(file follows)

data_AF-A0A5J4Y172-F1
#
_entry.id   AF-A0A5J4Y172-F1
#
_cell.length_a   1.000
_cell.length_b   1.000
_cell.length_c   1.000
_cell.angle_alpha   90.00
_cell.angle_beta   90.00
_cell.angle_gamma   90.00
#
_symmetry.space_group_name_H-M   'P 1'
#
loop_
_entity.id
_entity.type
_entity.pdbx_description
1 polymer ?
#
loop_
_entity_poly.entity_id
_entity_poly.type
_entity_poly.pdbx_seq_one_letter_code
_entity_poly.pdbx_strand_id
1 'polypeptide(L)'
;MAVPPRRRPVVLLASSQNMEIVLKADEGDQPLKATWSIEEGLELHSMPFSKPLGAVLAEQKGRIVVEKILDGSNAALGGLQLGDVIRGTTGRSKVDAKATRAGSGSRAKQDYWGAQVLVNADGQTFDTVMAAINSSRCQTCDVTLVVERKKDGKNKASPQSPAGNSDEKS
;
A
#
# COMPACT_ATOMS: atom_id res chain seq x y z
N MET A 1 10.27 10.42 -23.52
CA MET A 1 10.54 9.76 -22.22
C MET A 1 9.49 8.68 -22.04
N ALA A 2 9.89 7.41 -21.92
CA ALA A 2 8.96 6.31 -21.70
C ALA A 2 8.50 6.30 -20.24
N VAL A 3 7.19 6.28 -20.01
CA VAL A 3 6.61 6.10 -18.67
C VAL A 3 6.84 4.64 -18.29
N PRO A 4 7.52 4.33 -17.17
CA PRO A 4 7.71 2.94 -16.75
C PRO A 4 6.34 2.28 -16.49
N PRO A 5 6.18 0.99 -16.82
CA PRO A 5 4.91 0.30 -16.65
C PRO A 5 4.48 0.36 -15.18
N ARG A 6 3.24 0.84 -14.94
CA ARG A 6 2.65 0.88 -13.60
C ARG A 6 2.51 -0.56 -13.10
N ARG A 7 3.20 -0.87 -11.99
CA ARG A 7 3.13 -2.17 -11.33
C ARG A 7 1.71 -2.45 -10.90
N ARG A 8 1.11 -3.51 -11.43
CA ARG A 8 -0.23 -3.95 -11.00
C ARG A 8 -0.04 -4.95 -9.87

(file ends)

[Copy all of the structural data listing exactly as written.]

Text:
data_AF-A0A5J4Y172-F1
#
_entry.id   AF-A0A5J4Y172-F1
#
_cell.length_a   1.000
_cell.length_b   1.000
_cell.length_c   1.000
_cell.angle_alpha   90.00
_cell.angle_beta   90.00
_cell.angle_gamma   90.00
#
_symmetry.space_group_name_H-M   'P 1'
#
loop_
_entity.id
_entity.type
_entity.pdbx_description
1 polymer ?
#
loop_
_entity_poly.entity_id
_entity_poly.type
_entity_poly.pdbx_seq_one_letter_code
_entity_poly.pdbx_strand_id
1 'polypeptide(L)'
;MAVPPRRRPVVLLASSQNMEIVLKADEGDQPLKATWSIEEGLELHSMPFSKPLGAVLAEQKGRIVVEKILDGSNAALGGLQLGDVIRGTTGRSKVDAKATRAGSGSRAKQDYWGAQVLVNADGQTFDTVMAAINSSRCQTCDVTLVVERKKDGKNKASPQSPAGNSDEKS
;
A
#
# COMPACT_ATOMS: atom_id res chain seq x y z
N MET A 1 10.27 10.42 -23.52
CA MET A 1 10.54 9.76 -22.22
C MET A 1 9.49 8.68 -22.04
N ALA A 2 9.89 7.41 -21.92
CA ALA A 2 8.96 6.31 -21.70
C ALA A 2 8.50 6.30 -20.24
N VAL A 3 7.19 6.28 -20.01
CA VAL A 3 6.61 6.10 -18.67
C VAL A 3 6.84 4.64 -18.29
N PRO A 4 7.52 4.33 -17.17
CA PRO A 4 7.71 2.94 -16.75
C PRO A 4 6.34 2.28 -16.49
N PRO A 5 6.18 0.99 -16.82
CA PRO A 5 4.91 0.30 -16.65
C PRO A 5 4.48 0.36 -15.18
N ARG A 6 3.24 0.84 -14.94
CA ARG A 6 2.65 0.88 -13.60
C ARG A 6 2.51 -0.56 -13.10
N ARG A 7 3.20 -0.87 -11.99
CA ARG A 7 3.13 -2.17 -11.33
C ARG A 7 1.71 -2.45 -10.90
N ARG A 8 1.11 -3.51 -11.43
CA ARG A 8 -0.23 -3.95 -11.00
C ARG A 8 -0.04 -4.95 -9.87